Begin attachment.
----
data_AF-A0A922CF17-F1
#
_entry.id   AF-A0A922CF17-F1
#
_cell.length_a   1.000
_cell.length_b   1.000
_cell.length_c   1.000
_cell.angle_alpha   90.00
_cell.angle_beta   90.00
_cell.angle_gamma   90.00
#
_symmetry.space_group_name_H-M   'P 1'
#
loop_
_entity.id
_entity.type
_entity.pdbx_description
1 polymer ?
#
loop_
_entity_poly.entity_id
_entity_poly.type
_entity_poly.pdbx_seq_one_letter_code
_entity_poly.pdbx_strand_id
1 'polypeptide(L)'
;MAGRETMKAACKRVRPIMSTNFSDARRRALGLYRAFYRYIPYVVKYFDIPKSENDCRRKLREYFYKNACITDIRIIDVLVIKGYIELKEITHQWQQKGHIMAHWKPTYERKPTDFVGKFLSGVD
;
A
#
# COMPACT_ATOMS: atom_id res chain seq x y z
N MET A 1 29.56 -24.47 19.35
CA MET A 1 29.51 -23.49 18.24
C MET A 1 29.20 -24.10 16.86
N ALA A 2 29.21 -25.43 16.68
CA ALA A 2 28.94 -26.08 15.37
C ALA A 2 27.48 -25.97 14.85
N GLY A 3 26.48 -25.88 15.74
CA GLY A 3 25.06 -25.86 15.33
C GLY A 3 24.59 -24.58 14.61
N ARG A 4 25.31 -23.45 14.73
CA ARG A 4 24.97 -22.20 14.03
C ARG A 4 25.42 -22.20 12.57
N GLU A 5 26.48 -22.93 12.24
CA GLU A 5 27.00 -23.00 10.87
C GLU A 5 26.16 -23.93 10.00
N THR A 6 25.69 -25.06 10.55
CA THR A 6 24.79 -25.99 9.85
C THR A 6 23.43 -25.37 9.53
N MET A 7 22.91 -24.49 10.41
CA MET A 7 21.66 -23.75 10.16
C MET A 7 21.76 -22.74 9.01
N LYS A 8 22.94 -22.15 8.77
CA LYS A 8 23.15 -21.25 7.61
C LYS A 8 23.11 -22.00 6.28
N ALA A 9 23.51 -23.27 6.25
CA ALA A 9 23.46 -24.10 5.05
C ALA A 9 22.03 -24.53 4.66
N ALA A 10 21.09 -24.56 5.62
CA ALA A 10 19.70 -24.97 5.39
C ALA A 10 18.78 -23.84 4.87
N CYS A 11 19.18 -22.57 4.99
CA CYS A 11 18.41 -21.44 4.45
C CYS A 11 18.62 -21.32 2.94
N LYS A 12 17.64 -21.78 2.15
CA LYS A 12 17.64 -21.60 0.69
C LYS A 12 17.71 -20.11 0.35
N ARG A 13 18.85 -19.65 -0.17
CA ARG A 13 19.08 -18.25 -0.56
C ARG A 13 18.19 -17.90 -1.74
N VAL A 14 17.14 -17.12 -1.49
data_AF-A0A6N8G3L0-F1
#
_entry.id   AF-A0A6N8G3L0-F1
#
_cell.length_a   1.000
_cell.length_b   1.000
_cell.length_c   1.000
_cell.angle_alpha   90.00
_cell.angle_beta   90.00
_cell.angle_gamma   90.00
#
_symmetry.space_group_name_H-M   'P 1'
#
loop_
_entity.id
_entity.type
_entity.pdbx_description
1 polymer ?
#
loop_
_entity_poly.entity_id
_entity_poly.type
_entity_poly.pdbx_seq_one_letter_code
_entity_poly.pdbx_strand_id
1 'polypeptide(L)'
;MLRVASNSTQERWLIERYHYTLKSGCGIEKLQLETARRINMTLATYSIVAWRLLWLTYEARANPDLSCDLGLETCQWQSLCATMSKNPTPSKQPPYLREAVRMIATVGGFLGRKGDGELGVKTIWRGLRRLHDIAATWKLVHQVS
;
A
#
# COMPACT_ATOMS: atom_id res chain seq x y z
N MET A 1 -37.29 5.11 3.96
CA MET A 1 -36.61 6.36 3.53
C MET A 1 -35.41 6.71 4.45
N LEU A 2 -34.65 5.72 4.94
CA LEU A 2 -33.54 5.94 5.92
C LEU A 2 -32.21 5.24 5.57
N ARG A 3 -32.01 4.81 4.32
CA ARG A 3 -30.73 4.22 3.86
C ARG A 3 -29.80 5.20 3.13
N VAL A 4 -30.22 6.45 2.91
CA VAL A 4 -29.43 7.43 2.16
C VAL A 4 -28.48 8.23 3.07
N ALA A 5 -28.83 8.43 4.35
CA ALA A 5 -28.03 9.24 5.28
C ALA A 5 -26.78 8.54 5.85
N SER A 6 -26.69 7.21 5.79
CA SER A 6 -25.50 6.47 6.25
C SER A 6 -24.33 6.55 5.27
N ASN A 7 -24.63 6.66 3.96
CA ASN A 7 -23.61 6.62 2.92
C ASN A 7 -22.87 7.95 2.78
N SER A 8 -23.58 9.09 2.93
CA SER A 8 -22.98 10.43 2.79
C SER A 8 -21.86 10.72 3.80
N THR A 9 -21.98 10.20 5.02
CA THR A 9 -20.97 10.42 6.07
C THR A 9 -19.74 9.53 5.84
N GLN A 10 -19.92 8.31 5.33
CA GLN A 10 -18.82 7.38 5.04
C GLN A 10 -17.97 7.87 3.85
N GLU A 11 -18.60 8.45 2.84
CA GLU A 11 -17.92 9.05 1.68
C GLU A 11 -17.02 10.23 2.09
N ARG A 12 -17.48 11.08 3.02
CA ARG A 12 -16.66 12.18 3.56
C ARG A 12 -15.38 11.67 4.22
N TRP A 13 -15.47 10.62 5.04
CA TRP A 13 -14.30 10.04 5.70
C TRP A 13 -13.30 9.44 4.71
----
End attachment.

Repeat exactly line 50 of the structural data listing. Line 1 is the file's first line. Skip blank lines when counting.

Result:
CA MET A 7 21.66 -23.75 10.16